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This is a single suspension bridge from my historical inventory of suspension bridges. Follow the Inventory link for more information about the inventory.
1955 (footbridge)
Jersey Shore vicinity, Pennsylvania, USA (Pine Creek - Boy Scouts Camp Kline)
Bridgemeister ID:591
Coordinates:N 41.273683 W 77.323883
Maps:Acme, Google, MapQuest
Principals:Williamsport Technical Institute students
Status:Destroyed, 1972
Main cables:Wire
  • The postcard (postmarked 1961) showing the bridge says, "The largest foot-suspension bridge in the East crosses Pine Creek at the Boy Scouts' Camp Kline, north of Jersey Shore, Pa. Built in 1955 by Williamsport Technical Institute students with materials donated by area industries. Valued over $25,000, the 409-foot span has concrete anchors and a 14-ton capacity. For 35 years previous, boats were used to reach the popular 360-acre camp-site, donated to the Scouts in 1920 by James N. Kline, a Williamsport merchant." It's doubtful this was anywhere close to being a 409-foot bridge.
  • The message written on the postcard is amusing (though unrelated to the bridge): "Hi Mom and Dad, I had a fine time up here. I went on a boat trip Monday around the island. We got half way around and Tiny tiped [sic] his boat then we tiped ours. I didn't get to sleep until 2:00 Monday night. I am going to try to swim a mile today. I don't do nothing but lay in my bunk and listen to records. Ken.""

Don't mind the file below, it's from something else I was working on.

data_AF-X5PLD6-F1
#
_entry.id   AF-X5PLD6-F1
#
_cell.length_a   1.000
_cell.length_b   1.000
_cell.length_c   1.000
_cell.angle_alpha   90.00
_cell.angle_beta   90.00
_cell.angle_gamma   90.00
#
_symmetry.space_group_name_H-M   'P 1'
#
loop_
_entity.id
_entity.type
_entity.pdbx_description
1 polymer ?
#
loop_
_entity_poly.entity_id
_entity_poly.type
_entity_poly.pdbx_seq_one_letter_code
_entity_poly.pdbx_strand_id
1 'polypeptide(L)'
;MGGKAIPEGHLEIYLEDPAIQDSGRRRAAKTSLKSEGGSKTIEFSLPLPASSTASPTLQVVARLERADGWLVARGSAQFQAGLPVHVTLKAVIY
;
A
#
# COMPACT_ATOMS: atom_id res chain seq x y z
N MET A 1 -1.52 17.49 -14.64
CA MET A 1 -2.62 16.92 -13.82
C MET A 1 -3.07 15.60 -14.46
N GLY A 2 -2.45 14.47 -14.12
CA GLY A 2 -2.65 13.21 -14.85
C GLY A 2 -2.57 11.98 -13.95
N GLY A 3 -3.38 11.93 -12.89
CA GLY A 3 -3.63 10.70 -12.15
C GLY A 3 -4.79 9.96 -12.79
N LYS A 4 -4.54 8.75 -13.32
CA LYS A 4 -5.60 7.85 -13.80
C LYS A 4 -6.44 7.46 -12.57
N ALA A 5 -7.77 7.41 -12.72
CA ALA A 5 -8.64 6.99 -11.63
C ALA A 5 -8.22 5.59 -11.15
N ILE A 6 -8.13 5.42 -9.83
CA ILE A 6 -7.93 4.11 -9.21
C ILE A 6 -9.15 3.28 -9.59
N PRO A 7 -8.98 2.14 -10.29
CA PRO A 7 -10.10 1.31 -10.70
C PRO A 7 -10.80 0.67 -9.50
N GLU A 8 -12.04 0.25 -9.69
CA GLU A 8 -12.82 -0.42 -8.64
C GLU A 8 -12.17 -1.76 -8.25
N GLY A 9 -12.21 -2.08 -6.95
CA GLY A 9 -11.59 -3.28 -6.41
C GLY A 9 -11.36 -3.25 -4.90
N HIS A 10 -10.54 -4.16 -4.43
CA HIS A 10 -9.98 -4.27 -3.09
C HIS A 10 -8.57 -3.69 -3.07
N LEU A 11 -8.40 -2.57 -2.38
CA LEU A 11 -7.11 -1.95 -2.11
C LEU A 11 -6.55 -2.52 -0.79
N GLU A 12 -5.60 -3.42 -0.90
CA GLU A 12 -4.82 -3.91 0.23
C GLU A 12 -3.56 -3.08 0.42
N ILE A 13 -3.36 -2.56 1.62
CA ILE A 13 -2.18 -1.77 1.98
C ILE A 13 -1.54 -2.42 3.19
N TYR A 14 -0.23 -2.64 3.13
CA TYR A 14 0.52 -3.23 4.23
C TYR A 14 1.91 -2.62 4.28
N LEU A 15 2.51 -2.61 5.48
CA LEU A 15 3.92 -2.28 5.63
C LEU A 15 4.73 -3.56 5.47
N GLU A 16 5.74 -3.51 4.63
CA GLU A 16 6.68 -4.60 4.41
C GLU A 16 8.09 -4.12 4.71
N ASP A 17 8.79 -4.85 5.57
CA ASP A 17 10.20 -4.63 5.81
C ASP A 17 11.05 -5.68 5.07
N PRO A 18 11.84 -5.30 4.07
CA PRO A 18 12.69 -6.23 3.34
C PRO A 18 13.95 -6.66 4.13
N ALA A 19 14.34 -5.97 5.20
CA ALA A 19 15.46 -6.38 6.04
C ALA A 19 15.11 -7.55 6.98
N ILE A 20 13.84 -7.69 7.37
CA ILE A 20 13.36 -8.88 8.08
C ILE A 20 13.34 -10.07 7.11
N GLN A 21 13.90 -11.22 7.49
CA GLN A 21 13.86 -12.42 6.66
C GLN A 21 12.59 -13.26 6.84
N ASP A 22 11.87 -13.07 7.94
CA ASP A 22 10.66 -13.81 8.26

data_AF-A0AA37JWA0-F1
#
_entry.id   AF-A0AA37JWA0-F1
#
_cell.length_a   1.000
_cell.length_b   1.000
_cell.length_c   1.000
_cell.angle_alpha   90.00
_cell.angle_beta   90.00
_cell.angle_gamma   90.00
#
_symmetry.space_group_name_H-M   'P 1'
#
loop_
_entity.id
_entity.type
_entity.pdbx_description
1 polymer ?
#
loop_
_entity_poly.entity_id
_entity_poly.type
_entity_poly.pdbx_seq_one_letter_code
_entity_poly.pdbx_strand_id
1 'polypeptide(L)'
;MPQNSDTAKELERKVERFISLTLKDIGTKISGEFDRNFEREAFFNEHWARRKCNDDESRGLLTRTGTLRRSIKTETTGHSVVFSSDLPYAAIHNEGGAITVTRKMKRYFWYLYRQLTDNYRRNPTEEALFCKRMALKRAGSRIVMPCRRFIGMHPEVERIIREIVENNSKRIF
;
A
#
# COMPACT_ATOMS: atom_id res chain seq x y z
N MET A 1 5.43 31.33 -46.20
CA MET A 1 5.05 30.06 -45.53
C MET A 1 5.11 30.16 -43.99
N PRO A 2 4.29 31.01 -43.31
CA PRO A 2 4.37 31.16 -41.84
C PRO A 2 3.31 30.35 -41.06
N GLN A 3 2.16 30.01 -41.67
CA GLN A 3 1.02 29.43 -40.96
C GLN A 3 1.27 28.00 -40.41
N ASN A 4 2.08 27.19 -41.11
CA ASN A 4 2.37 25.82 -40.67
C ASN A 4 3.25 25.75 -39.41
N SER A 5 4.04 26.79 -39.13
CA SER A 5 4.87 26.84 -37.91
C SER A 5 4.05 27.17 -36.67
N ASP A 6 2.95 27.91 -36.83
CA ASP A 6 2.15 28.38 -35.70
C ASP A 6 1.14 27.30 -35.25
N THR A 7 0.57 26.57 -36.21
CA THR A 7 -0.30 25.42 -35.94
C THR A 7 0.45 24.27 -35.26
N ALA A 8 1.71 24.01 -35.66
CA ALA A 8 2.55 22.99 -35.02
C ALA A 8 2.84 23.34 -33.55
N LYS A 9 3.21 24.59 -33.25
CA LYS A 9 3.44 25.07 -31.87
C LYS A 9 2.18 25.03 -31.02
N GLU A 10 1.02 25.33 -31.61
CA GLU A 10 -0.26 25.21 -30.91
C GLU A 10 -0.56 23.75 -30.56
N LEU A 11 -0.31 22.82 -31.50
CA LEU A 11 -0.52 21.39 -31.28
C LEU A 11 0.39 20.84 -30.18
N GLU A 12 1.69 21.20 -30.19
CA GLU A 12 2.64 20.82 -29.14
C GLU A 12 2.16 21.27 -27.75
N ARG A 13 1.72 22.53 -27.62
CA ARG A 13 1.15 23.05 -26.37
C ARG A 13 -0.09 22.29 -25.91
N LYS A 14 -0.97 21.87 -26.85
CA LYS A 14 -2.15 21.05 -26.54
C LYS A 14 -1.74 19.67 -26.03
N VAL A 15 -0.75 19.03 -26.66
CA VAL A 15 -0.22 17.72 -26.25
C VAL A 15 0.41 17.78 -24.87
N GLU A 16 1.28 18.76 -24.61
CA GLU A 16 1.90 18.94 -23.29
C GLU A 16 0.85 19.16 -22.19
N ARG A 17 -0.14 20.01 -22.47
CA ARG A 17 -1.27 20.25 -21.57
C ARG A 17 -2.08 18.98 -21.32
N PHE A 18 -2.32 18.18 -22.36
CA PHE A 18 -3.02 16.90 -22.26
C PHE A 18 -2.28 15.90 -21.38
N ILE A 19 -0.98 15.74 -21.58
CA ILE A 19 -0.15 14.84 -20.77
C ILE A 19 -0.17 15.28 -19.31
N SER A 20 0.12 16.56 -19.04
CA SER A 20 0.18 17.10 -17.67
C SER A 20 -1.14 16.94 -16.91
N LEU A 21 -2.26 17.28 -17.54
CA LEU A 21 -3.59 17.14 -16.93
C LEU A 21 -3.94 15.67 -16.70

• Patrick O'Donnell is familiar with this area and notes that the bridge is gone, but the concrete footings are still visible. He suspects 1972's Hurricane Agnes brought down this bridge. Denny Keller confirms Patrick's suspicion with a firsthand account of Hurricane Agnes' impact on this bridge: "21 June 1972 is a date that I will never forget. I along with 340+ kids and adults were at Camp Kline during our yearly 4-H camp. I was the very last (along with the National Guard that performed the rescue) to leave and walk across the bridge that once stood at 11PM on the evening of June 21st. I along with two other senior 4-H counselors. I can remember the last trip across the bridge while mobile homes, trees, and all type of debris were floating down the creek and hitting the bridge underneath."
Postcard, collection of David Denenberg Photo by Patrick S. O'Donnell

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